Republican War On Voting Claims First Victims

The Republican war on voting is having a tangible impact in Florida. Jill Cicciarelli, a teacher at New Smyrna Beach High School, is facing thousands of dollars in fines for helping her students register to vote.

When Cicciarelli organized a drive to get her students pre-registered at the beginning of the school year, she unwittingly violated Florida’s controversial new law which restricts third parties’ ability to register new voters.

Among other things, the new rules require that third parties who sign up new voters register with the state and that they submit applications within 48 hours. The law also reduces the time for early voting from 14 days to eight and requires voters who want to give a new address at the polls to use a provisional ballot.

Cicciarelli ran afoul of the law by failing to register her voting drive with the state before beginning it, and by not submitting the necessary forms to the elections office on time.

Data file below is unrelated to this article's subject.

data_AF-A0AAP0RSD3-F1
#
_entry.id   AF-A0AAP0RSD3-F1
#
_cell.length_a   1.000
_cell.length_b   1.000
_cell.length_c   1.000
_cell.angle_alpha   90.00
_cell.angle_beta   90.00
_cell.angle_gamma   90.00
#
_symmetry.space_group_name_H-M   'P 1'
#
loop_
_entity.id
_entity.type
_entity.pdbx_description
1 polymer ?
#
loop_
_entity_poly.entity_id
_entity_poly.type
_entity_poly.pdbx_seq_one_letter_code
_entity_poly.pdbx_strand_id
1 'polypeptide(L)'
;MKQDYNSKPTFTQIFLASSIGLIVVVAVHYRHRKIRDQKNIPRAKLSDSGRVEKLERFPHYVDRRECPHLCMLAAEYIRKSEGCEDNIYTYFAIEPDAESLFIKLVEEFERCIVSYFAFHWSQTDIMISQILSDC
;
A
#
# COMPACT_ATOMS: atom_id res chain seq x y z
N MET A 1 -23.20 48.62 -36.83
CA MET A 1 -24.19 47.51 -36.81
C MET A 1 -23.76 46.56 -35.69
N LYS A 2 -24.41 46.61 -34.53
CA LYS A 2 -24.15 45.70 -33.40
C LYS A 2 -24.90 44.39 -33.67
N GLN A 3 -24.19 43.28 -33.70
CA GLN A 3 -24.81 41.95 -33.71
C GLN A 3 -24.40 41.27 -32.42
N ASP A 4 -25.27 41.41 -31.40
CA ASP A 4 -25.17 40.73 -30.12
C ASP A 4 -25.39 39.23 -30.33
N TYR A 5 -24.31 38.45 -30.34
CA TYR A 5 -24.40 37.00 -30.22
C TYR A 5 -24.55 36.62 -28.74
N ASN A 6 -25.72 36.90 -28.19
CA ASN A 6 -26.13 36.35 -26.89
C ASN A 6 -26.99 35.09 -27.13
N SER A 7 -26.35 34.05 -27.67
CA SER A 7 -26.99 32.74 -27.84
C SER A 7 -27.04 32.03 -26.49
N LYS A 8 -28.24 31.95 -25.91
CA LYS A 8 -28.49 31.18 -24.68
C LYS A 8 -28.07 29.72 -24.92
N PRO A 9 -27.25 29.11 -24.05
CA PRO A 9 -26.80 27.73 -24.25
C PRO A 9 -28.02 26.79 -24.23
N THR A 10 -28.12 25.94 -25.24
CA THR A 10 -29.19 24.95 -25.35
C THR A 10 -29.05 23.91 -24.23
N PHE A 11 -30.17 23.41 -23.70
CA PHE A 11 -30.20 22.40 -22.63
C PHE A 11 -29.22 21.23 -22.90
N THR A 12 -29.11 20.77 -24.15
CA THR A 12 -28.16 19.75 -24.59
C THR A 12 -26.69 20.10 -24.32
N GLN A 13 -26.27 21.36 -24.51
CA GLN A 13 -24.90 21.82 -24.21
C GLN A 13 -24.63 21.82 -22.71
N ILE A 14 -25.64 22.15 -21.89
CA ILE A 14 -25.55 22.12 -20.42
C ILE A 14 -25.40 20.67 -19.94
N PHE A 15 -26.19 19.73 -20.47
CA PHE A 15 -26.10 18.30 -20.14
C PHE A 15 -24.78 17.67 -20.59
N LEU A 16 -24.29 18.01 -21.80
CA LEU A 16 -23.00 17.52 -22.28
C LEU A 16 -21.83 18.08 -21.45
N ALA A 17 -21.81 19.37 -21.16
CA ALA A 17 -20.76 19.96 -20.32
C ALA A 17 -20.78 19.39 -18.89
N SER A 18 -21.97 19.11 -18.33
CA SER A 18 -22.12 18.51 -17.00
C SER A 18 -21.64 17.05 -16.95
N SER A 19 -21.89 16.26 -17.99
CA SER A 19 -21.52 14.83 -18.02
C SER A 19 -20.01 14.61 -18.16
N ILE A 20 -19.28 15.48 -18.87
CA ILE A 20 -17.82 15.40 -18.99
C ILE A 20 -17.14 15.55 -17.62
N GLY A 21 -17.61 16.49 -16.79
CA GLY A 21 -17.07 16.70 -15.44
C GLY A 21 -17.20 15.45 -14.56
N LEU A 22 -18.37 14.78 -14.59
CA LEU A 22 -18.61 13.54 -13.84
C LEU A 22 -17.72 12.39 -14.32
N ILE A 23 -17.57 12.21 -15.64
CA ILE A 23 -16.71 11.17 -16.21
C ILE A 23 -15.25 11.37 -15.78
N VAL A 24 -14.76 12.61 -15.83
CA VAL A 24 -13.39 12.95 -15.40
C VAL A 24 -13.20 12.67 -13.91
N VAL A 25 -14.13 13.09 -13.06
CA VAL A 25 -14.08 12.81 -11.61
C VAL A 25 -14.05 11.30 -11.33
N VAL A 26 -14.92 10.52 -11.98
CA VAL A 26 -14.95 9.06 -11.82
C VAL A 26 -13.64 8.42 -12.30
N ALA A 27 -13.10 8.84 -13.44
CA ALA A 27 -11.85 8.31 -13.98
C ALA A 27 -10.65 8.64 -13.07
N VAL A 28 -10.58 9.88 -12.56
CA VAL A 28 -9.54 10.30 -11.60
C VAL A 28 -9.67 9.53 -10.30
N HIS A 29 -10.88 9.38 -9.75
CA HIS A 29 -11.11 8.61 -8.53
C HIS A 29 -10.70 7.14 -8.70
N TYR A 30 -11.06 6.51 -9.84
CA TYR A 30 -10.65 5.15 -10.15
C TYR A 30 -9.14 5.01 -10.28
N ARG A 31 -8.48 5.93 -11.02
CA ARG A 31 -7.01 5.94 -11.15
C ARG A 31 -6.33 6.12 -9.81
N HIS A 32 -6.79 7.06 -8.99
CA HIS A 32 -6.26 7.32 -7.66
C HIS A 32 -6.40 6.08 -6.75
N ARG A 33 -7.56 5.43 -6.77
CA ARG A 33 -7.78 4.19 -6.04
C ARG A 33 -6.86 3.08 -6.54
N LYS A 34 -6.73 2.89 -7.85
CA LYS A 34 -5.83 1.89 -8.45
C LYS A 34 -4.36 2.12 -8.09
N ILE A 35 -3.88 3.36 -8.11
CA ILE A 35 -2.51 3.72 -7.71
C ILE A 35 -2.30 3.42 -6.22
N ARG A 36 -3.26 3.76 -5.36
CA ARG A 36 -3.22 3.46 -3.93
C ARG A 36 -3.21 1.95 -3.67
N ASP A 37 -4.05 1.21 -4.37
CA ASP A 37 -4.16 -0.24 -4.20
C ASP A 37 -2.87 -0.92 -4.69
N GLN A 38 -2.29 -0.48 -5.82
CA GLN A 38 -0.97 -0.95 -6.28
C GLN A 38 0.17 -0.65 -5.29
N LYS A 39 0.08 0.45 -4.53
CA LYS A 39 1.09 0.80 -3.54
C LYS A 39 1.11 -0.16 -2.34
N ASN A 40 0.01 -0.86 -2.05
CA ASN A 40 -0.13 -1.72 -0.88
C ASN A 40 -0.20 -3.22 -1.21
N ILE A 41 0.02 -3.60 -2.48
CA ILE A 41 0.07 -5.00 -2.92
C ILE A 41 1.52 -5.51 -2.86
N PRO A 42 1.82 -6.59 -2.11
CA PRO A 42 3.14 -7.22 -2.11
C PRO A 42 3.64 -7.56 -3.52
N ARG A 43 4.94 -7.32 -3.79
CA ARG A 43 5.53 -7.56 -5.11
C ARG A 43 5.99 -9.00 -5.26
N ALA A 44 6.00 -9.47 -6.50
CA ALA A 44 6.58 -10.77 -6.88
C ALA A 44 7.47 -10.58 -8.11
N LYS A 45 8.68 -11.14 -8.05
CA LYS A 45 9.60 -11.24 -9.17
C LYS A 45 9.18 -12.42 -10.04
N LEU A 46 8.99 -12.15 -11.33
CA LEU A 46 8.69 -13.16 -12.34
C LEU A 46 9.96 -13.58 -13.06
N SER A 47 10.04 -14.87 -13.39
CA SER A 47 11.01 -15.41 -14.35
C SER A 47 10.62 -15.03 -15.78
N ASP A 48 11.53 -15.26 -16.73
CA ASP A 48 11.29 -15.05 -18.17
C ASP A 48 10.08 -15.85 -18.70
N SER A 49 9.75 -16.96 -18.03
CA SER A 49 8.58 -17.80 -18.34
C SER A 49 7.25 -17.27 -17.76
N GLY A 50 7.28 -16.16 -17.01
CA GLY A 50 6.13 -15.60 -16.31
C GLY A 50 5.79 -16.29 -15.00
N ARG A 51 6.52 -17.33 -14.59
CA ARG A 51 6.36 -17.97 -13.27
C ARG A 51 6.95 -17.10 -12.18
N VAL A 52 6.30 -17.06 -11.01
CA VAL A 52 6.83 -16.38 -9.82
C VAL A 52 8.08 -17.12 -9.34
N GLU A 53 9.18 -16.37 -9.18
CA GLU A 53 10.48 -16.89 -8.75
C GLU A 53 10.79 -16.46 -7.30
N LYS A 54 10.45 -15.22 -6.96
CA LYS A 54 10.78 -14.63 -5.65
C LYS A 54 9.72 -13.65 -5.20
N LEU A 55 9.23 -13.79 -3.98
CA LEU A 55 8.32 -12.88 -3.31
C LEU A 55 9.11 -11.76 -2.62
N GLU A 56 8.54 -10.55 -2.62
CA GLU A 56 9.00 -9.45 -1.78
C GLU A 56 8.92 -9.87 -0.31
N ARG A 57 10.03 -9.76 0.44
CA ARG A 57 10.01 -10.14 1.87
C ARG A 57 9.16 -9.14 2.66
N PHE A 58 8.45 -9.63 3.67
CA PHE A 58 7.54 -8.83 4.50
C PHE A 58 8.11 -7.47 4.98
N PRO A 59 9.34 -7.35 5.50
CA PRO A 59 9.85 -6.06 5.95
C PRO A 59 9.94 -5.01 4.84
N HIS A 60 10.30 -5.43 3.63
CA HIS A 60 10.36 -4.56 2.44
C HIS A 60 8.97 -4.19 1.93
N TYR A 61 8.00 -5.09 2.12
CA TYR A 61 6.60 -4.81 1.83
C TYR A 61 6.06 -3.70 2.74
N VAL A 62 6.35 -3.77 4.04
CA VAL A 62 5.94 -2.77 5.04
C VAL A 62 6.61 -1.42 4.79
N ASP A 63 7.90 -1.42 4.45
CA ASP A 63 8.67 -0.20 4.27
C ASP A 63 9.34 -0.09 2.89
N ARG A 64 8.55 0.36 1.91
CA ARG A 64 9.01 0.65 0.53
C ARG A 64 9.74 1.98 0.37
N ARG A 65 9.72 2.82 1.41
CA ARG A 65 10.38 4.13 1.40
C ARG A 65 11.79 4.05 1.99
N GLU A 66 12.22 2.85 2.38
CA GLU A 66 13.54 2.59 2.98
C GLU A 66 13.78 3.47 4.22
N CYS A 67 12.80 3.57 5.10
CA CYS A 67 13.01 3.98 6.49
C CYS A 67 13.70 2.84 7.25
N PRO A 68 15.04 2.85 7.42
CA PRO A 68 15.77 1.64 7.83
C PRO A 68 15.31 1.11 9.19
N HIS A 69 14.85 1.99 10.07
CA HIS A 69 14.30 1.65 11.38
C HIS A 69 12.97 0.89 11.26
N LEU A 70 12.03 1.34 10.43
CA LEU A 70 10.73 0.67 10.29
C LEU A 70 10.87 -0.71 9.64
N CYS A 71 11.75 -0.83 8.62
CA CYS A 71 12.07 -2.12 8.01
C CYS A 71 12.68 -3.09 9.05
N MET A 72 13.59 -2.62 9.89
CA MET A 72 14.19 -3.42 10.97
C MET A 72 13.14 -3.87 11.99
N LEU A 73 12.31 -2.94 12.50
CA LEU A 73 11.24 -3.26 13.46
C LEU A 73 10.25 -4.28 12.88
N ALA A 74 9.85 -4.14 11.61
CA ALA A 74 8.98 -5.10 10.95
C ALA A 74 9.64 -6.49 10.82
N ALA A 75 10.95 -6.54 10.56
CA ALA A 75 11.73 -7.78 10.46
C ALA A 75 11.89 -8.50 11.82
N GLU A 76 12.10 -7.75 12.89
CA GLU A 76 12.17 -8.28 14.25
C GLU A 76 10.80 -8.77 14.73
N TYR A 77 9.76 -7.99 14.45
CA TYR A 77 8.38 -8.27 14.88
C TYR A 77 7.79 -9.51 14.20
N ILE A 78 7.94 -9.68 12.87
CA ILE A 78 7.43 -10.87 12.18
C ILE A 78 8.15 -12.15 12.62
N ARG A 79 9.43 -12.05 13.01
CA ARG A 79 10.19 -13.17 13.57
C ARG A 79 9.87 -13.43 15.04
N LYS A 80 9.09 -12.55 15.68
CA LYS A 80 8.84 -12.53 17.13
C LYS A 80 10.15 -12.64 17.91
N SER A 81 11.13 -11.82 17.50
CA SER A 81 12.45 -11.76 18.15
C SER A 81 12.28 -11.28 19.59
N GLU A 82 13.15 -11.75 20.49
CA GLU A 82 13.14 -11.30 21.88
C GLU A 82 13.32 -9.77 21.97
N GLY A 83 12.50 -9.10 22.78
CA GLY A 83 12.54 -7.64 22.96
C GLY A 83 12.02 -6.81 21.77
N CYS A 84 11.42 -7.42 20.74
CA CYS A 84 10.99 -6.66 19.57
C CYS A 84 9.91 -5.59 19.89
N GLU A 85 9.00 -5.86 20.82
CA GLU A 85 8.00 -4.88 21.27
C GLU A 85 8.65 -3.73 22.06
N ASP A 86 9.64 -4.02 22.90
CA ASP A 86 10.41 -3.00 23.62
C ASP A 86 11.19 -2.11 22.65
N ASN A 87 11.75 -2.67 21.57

Florida’s new law is just one of many recent Republican-backed laws that make it more difficult to register to vote and to actually cast a ballot. Supporters of the restrictive new laws argue that they will help reduce election fraud, but opponents maintain that such fraud is negligible, and that the laws are politically motivated. The recent wave of restrictive laws promises to have the largest impact on minority, low-income, and young voters (such as Cicciarelli’s students) — all of whom are more likely to support Democrats than Republicans.

Cicciarelli’s situation lends credence to the critics’ complaints; her illegal effort to engage her students in American democracy certainly doesn’t seem like an example of fraud.

In any case, Florida’s new law is certainly having an impact. Along with Cicciarelli’s transgression, the all-volunteer Florida League of Women Voters has shut down its operations out of fear of violating the new rules. Florida voters may not like their new Republican government — Rick Scott is among the least popular governors in the country — but because of the new law, it will be more difficult for them to vote it out of office.


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Jack Smith
Jack Smith

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